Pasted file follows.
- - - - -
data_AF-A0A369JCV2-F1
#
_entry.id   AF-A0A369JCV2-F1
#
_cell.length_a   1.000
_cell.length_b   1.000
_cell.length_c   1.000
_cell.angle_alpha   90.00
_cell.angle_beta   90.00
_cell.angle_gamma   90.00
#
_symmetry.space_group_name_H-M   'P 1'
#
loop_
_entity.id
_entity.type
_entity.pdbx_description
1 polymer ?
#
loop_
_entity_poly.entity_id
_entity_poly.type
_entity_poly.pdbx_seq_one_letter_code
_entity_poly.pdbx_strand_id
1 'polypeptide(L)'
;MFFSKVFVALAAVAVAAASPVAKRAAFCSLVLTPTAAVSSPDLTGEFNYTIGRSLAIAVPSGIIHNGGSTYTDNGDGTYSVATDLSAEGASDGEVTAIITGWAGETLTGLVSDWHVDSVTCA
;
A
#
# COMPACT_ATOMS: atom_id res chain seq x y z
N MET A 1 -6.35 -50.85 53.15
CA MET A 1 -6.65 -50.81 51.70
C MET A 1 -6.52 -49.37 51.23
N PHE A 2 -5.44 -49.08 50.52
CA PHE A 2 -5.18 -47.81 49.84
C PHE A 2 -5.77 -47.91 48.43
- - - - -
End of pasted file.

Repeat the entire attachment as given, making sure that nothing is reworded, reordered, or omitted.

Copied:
data_AF-A0A369JCV2-F1
#
_entry.id   AF-A0A369JCV2-F1
#
_cell.length_a   1.000
_cell.length_b   1.000
_cell.length_c   1.000
_cell.angle_alpha   90.00
_cell.angle_beta   90.00
_cell.angle_gamma   90.00
#
_symmetry.space_group_name_H-M   'P 1'
#
loop_
_entity.id
_entity.type
_entity.pdbx_description
1 polymer ?
#
loop_
_entity_poly.entity_id
_entity_poly.type
_entity_poly.pdbx_seq_one_letter_code
_entity_poly.pdbx_strand_id
1 'polypeptide(L)'
;MFFSKVFVALAAVAVAAASPVAKRAAFCSLVLTPTAAVSSPDLTGEFNYTIGRSLAIAVPSGIIHNGGSTYTDNGDGTYSVATDLSAEGASDGEVTAIITGWAGETLTGLVSDWHVDSVTCA
;
A
#
# COMPACT_ATOMS: atom_id res chain seq x y z
N MET A 1 -6.35 -50.85 53.15
CA MET A 1 -6.65 -50.81 51.70
C MET A 1 -6.52 -49.37 51.23
N PHE A 2 -5.44 -49.08 50.52
CA PHE A 2 -5.18 -47.81 49.84
C PHE A 2 -5.77 -47.91 48.43